It is difficult to judge the nuclear agreement forged last weekend in Geneva as anything other than a good deal. The Iranians will be no closer to having a nuclear breakout capability when the deal concludes than they are today. The amount of money that the Iranians will get is paltry -- about $7 billion total over six months -- especially compared to the roughly $30 billion that Tehran will lose during that period as a result of the sanctions on oil sales and financial transactions, all of which remain firmly in place. The objections that have been raised to the deal so far are either specious or tautological, or require the kind of tenuous conspiracy thinking that we typically disparage when it comes from the Iranians. 

But the deal is only a small step in the right direction. Iran will end up somewhat farther away from developing a nuclear breakout capability, but it is hard to go much beyond that. There are so many ways for Iran to acquire the fissile material for a nuclear weapon that it is impossible to assess whether it will set Iran back by a week, a month, or a year. (Any such claims tend to reflect what the claimant wants you to believe much more than objective reality.) Moreover, the interim agreement will last for only six months and says nothing about what will happen at the end of that period. The hope is that the two sides will use the time to craft a comprehensive follow-on agreement; but the interim deal contains only the broadest signposts for such an agreement. Three years from now, if there is no comprehensive agreement, this interim deal is going to look irrelevant -- not bad, just immaterial. 

In that sense, the interim deal is only important to the extent it helps to produce that ultimate, comprehensive agreement. Fortunately, the deal has real value as a confidence-building measure. 

Simply put, the United States and Iran don’t trust each other. That is understandable given how they have both behaved in the 34 years since the Islamic Revolution. Mistrust is so deeply rooted on both sides that it has often threatened to make any serious negotiations impossible. 

What is most significant about the current deal is its potential to overcome that mutual mistrust. Both sides demonstrated a willingness to make concessions on the issues that the other side needed them to -- and that is ultimately what will be necessary if there is going to be a successful final agreement. The United States needed to see the Iranians take meaningful steps to stop their pursuit of nuclear-weapons capability as reassurance that Iran was ready to give it up as part of a comprehensive agreement. Similarly, Iran needed some sign that the West (particularly the United States) would be ready to provide Tehran with meaningful sanctions relief in exchange for major concessions on its nuclear program.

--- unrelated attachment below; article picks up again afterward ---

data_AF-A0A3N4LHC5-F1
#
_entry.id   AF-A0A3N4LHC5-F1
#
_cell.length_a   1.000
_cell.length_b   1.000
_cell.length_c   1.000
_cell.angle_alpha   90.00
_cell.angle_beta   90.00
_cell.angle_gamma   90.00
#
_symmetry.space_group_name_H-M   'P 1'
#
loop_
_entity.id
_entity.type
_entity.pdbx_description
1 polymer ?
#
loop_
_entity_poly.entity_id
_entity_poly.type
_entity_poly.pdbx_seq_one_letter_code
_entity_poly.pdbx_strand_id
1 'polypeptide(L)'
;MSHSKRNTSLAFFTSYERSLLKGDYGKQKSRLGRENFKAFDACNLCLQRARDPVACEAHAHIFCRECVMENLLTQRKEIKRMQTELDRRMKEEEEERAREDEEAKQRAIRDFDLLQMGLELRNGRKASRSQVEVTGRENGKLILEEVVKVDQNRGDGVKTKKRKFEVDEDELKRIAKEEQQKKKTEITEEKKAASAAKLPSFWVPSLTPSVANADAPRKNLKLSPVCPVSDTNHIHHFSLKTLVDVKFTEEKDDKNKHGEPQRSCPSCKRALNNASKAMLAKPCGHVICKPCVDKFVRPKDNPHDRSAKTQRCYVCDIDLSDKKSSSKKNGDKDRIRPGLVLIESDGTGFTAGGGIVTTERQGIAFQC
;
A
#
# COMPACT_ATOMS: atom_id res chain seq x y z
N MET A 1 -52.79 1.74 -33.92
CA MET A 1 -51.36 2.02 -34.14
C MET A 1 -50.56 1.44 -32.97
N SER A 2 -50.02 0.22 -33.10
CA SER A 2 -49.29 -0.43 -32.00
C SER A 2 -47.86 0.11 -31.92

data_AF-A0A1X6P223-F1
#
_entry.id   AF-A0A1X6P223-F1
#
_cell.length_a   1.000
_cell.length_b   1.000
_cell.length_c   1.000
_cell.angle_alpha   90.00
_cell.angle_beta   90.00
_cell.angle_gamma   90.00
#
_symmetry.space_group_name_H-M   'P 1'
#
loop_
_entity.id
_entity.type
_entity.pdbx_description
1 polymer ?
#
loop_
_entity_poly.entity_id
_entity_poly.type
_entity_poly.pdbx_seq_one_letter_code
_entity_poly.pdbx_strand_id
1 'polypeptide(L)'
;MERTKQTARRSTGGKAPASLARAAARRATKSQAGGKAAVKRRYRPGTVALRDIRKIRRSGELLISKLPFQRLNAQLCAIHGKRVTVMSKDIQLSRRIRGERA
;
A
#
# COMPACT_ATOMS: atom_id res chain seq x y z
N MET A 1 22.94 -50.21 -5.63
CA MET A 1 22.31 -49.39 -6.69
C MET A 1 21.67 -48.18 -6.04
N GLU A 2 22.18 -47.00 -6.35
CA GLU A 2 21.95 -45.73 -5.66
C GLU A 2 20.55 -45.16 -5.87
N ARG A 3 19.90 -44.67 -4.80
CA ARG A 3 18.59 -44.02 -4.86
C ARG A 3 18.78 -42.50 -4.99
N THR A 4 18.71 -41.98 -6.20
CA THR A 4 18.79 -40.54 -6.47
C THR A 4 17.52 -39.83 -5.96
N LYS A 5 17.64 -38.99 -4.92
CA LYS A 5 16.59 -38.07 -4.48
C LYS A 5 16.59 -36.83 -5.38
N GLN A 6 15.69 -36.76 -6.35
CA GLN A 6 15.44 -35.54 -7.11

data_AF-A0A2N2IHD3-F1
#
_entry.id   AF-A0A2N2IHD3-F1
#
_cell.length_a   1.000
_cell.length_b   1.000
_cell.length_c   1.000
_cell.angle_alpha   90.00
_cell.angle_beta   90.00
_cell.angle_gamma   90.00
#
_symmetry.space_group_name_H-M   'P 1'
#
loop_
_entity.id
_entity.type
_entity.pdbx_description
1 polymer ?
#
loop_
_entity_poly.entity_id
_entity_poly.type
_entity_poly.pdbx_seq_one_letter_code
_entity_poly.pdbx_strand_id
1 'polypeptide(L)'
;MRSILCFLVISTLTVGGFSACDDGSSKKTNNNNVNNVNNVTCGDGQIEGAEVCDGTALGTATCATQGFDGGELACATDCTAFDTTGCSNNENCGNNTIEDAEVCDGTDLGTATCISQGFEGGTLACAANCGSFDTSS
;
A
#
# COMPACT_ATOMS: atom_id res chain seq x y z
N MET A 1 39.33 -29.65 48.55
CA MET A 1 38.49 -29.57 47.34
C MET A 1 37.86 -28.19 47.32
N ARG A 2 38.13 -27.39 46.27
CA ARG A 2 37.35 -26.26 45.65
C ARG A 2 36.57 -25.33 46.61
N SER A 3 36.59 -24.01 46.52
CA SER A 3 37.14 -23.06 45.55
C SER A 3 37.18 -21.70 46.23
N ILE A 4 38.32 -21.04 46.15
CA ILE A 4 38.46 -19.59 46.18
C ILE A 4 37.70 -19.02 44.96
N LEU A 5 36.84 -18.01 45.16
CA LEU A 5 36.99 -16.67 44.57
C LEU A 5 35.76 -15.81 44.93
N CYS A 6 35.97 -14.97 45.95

That’s exactly what this deal did. The Iranians agreed to halt their progress toward a nuclear breakout capability for six months. Moreover, by agreeing to dilute its existing stockpile of uranium enriched to 19.75 percent purity, Iran demonstrated its willingness to scale back its nuclear program and move farther away from a breakout capability -- the most critical element of any comprehensive agreement. Similarly, the West showed Iran that it was willing to give Iran some cash and to suspend some sanctions, which are Iran’s minimal requirements for a comprehensive agreement. It is true that the sanctions were suspended but not rescinded, and that they represented the least important of the sanctions on Iran. But the signal mattered more than the substance. 

Now both sides can tell their domestic audiences that the other side demonstrated a willingness to make the kind of painful concessions that will be required for a final deal. And that should give everyone some confidence that it is possible to get a more comprehensive agreement, one that would finally end the threat posed by Iran’s existing nuclear program. The interim agreement marks a very important, albeit mostly symbolic, step toward the type of deal that, not so long ago, seemed entirely unimaginable.

Caution is still in order. There are huge hurdles to be overcome. In particular, the U.S. Congress will have to allow meaningful sanctions relief to Iran, just as Iran’s hard-liners are going to have to be convinced not to stand on principle when it comes to their "right" to enrich and their demand to have all sanctions lifted. The U.S. Congress is going to have to agree to allow Iran’s economy to revive and Tehran’s hard-liners are going to have to be satisfied with the revival of their economy and some very limited enrichment activity.

This interim accord makes it possible to imagine such a deal, but it doesn’t make it a sure thing. It brings to mind the Chinese proverb that a journey of a thousand miles begins with a single step. We have finally taken that single step, and we should not ignore its importance after so many false starts. But we still have many miles to go. 

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  • KENNETH M. POLLACK is a senior fellow at the Brookings Institution and the author, most recently, of Unthinkable: Iran, the Bomb, and American Strategy.
  • More By Kenneth M. Pollack